Women and the Public Sphere in the Age of the French Revolution

TitleWomen and the Public Sphere in the Age of the French Revolution
Publication TypeBook
Year of Publication1988
AuthorsLandes, Joan B.
Number of Pages296
PublisherCornell University Press
City, CountryIthaca, NY
Abstract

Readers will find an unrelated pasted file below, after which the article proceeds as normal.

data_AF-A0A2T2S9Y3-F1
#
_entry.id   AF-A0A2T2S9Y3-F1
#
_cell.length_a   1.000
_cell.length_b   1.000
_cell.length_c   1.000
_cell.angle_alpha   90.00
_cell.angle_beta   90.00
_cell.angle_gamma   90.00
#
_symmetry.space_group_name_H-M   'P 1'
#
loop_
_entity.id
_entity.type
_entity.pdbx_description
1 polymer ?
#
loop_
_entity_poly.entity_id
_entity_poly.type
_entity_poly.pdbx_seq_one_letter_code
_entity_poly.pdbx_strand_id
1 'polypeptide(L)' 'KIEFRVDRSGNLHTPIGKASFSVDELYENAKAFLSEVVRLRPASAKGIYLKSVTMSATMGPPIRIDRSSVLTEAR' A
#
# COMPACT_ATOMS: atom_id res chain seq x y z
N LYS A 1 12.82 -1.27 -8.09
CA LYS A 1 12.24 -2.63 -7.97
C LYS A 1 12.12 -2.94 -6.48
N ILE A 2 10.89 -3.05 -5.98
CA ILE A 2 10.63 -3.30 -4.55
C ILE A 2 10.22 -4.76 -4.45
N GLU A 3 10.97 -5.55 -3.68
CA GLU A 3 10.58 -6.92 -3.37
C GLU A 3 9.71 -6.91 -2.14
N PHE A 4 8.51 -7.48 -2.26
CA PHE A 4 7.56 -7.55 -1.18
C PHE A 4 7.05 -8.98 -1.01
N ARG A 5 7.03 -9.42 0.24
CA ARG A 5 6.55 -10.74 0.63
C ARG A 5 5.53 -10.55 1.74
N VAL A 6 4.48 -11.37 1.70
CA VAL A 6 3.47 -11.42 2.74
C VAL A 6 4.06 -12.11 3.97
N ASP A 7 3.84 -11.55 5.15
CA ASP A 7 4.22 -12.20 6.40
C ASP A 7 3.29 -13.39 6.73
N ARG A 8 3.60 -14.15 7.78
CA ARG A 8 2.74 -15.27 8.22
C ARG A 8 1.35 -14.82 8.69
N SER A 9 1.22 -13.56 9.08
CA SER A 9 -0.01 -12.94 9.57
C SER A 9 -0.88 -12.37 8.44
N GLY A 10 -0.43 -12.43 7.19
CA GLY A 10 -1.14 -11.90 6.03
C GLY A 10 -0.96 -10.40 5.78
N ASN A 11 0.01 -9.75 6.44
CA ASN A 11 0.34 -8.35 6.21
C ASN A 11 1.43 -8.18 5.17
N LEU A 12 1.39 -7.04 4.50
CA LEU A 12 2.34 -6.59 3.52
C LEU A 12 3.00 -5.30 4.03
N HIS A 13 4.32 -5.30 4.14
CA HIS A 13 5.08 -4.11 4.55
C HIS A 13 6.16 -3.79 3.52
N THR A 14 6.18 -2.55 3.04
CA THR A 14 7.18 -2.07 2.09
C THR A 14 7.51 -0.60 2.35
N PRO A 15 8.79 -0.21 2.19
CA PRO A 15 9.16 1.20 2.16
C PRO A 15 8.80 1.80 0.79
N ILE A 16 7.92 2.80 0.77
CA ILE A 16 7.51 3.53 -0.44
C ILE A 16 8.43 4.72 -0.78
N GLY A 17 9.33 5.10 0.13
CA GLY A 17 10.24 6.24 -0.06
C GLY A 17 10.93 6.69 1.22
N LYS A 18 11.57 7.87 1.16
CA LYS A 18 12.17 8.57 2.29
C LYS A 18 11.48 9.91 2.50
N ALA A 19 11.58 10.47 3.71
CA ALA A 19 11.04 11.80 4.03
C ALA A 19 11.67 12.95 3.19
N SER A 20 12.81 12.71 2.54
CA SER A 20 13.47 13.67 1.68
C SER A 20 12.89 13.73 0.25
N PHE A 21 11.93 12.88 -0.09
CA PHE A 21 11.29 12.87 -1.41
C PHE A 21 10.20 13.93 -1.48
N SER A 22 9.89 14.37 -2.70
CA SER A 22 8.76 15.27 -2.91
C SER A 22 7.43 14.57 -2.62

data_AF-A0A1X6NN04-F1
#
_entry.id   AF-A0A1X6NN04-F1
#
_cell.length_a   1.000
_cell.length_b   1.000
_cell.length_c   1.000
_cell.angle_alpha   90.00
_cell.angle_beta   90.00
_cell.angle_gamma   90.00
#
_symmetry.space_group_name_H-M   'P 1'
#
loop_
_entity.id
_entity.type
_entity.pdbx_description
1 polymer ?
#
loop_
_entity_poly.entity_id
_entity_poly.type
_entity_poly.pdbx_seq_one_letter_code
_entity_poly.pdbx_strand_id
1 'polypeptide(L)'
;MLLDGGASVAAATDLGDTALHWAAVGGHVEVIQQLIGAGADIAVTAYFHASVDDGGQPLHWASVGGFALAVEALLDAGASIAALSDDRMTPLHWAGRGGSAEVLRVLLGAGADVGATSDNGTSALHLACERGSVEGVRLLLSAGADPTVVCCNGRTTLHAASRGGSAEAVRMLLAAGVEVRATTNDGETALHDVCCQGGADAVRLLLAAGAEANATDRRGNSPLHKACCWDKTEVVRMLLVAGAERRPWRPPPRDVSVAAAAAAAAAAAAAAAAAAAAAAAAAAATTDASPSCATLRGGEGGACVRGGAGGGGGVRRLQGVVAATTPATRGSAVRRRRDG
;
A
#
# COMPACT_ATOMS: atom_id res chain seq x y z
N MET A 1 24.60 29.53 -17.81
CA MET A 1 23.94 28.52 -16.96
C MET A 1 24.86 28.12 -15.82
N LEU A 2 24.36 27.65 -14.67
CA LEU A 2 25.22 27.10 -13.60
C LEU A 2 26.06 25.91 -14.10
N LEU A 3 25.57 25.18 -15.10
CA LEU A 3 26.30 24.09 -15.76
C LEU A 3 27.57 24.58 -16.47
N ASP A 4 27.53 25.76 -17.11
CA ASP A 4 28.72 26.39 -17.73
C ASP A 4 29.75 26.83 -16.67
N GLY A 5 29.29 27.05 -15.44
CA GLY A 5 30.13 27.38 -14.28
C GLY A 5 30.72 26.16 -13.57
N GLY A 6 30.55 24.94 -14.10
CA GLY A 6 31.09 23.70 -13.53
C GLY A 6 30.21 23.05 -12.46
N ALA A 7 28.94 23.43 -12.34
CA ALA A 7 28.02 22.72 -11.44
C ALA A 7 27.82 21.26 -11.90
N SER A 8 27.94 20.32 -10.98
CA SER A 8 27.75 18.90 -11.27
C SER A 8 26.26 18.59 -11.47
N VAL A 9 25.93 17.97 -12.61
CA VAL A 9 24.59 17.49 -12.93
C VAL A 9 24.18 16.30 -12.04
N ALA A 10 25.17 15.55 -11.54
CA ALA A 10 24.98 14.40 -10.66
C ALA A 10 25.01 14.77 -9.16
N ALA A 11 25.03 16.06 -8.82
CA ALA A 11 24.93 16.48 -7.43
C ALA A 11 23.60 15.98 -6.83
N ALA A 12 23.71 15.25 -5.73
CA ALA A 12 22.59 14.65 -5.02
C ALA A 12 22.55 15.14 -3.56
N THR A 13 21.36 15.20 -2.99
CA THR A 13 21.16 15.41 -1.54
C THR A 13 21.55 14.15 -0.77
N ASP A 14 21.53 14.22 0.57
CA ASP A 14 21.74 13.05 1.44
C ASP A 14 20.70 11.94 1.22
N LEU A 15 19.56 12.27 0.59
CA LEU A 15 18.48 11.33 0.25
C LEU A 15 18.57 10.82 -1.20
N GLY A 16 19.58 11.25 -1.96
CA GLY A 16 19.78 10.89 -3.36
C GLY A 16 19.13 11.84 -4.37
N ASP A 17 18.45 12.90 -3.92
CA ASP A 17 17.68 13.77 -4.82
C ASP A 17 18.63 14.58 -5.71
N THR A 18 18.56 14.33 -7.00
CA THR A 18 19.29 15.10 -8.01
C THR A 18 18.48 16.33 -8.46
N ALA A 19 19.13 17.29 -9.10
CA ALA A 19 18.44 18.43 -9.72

In this provocative interdisciplinary essay, Joan B. Landes examines the impact on women of the emergence of a new, bourgeois organization of public life in the eighteenth century. She focuses on France, contrasting the role and representation of women under the Old Regime with their status during and after the Revolution. Basing her work on a wide reading of current historical scholarship, Landes draws on the work of Habermas and his followers, as well as on recent theories of representation, to re-create public-sphere theory from a feminist point of view. Within the extremely personal and patriarchal political culture of Old Regime France, elite women wielded surprising influence and power, both in the court and in salons. Urban women of the artisanal class often worked side by side with men and participated in many public functions. But the Revolution, Landes asserts, relegated women to the home, and created a rigidly gendered, essentially male, bourgeois public sphere. [From the publisher.]

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